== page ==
We also see that, de­spite Marceau’s blus­ter, crit­ics even­tu­ally tired of an act that didn’t evolve much. “There is al­ways some­thing rather sad about any per­form­ing artist who fails to re­al­ize that his ca­reer is over, but Mar­cel Marceau is rid­ing on his name and past achieve­ments to such a de­gree that one’s pa­tience and pity is be­gin­ning to run out,” one critic wrote in the late 1990s.

Wen says she was drawn to Marceau, in part, by the di­chotomy in his life story: the fact that a man lost so much in the Holo­caust and went on to an en­tirely dif­fer­ent life con­sumed by his art. “There’s some­thing very po­etic… [and] pow­er­ful about some­one who, af­ter the Sec­ond World War, af­ter see­ing the dev­as­ta­tion that it wrought up close, then chose to live his life by trav­el­ing the world, per­form­ing some­thing that is purely in move­ment... some­thing that tran­scends lan­guage,” she says. “He claims that he can­not tell his fans apart. French, Amer­i­can, Viet­namese — all ci­ti­zens de­fined by their ado­ra­tion for him. He says they laugh and cry at the same mo­ments. With a flick of his fin­gers, he reaches in and pulls out iden­ti­cal sighs.”

At Marceau’s fu­neral in Paris’s famed Pere Lachaise Ceme­tery, the rabbi who led the cer­e­mony re­minded the crowd that Marceau died on Yom Kip­pur, and had se­lected a “creamy white marker carved with the Star of David” to mark his grave.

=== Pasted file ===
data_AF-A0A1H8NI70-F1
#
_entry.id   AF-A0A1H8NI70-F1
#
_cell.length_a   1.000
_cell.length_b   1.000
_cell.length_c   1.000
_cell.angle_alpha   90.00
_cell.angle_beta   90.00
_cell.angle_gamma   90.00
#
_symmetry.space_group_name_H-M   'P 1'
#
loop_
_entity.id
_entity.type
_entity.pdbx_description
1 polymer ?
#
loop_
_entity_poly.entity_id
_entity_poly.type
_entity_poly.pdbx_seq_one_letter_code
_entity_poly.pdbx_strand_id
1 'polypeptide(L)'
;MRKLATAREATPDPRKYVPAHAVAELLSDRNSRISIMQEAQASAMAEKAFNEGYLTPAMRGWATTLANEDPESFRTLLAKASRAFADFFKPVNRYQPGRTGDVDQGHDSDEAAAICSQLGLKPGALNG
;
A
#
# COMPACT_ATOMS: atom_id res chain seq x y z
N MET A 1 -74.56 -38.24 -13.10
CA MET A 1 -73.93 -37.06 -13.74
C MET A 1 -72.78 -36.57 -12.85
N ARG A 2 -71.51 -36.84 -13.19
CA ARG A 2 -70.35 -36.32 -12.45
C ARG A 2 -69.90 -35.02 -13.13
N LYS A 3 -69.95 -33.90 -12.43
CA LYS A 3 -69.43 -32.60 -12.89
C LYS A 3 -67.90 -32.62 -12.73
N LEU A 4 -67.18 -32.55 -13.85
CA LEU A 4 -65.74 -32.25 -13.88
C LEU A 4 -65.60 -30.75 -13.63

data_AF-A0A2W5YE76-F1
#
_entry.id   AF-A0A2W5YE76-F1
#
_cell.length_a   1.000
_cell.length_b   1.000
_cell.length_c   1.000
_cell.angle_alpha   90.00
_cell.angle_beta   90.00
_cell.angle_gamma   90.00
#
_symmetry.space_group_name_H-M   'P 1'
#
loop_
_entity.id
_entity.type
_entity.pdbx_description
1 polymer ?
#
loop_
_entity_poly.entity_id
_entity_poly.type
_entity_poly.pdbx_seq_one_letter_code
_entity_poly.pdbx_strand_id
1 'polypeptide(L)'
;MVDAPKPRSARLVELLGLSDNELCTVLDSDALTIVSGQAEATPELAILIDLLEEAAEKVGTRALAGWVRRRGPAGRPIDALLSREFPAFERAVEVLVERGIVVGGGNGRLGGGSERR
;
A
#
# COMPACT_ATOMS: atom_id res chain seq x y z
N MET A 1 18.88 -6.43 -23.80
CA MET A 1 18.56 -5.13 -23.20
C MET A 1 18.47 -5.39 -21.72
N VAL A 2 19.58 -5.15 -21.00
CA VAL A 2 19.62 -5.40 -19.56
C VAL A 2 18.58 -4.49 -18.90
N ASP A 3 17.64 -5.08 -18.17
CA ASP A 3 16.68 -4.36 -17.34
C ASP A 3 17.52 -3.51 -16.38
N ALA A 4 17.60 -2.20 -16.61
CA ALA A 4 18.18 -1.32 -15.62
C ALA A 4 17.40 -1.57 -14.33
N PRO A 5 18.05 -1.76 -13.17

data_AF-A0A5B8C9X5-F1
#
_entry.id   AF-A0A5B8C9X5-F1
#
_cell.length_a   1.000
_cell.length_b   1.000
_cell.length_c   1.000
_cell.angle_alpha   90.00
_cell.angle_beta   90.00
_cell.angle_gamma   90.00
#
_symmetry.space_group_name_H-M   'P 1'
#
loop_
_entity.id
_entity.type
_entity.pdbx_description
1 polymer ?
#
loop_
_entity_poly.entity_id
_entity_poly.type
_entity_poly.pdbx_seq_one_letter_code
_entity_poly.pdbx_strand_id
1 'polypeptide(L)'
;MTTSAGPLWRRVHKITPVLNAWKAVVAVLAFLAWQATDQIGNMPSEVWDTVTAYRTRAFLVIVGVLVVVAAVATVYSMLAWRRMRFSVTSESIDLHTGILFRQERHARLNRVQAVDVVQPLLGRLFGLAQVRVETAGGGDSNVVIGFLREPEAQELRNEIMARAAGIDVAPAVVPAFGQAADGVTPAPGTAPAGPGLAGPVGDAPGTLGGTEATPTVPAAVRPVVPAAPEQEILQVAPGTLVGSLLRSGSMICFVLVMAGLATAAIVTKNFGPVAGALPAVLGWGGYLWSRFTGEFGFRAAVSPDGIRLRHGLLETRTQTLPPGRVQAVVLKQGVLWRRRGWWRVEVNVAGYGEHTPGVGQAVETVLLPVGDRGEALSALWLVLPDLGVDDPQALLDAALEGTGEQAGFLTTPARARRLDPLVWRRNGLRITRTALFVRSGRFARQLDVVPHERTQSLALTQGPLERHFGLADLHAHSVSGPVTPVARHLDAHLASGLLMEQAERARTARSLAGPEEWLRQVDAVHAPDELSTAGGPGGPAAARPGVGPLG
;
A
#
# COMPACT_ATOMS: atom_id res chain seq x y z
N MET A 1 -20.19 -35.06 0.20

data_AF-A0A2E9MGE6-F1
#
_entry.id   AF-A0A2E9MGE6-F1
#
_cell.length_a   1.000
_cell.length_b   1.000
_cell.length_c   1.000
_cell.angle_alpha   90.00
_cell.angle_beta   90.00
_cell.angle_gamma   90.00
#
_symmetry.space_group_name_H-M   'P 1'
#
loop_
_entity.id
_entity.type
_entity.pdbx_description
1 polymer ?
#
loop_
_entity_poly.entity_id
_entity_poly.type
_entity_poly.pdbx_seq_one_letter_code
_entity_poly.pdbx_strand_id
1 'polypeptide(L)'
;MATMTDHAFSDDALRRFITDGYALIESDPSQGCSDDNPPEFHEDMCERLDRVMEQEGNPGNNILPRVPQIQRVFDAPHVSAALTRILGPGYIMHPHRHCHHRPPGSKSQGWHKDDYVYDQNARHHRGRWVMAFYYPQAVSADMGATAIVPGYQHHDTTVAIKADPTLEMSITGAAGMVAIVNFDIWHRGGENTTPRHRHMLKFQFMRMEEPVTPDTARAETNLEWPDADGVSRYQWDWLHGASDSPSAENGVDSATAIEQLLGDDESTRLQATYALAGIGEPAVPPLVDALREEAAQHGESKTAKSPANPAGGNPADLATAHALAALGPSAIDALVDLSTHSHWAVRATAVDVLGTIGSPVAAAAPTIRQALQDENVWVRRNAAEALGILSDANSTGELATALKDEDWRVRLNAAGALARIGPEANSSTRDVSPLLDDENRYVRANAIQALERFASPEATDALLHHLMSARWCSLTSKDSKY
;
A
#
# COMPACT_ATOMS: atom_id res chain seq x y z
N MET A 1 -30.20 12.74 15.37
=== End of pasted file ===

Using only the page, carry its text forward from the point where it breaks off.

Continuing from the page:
In the decade since his death, there has yet to be a com­pre­hen­sive bi­og­ra­phy of the world’s most fa­mous mime. And yet this spare, po­etic book feels like a com­plete and suf­fi­cient per­for­mance; the fiery life force con­tained in Marceau’s small body is here. On one page, Wen de­scribes a rou­tine in which Marceau pro­gresses from fe­tus to an el­derly man in the span of mo­ments. On an­other we wit­ness a poignant en­counter at an air­port be­tween Marceau and an el­derly Charlie Chap­lin, whom Marceau idol­ized as a boy. In yet an­other, Wen presents three quotes from Marceau that per­fectly — and para­dox­i­cally — cap­ture the in­ad­e­quacy of words. “I could use words, but to be very hon­est, it’s beau­ti­ful to be a mime,” he said. “Words would de­stroy the mys­tery of the il­lu­sion.”

An­other: “Mime can do things that words can­not.... It de­scribes the meta­phys­i­cal world on the bor­der of the real world.”

And, my fa­vorite: “Mime can’t trans­late lies. For lies, words are ad­e­quate.”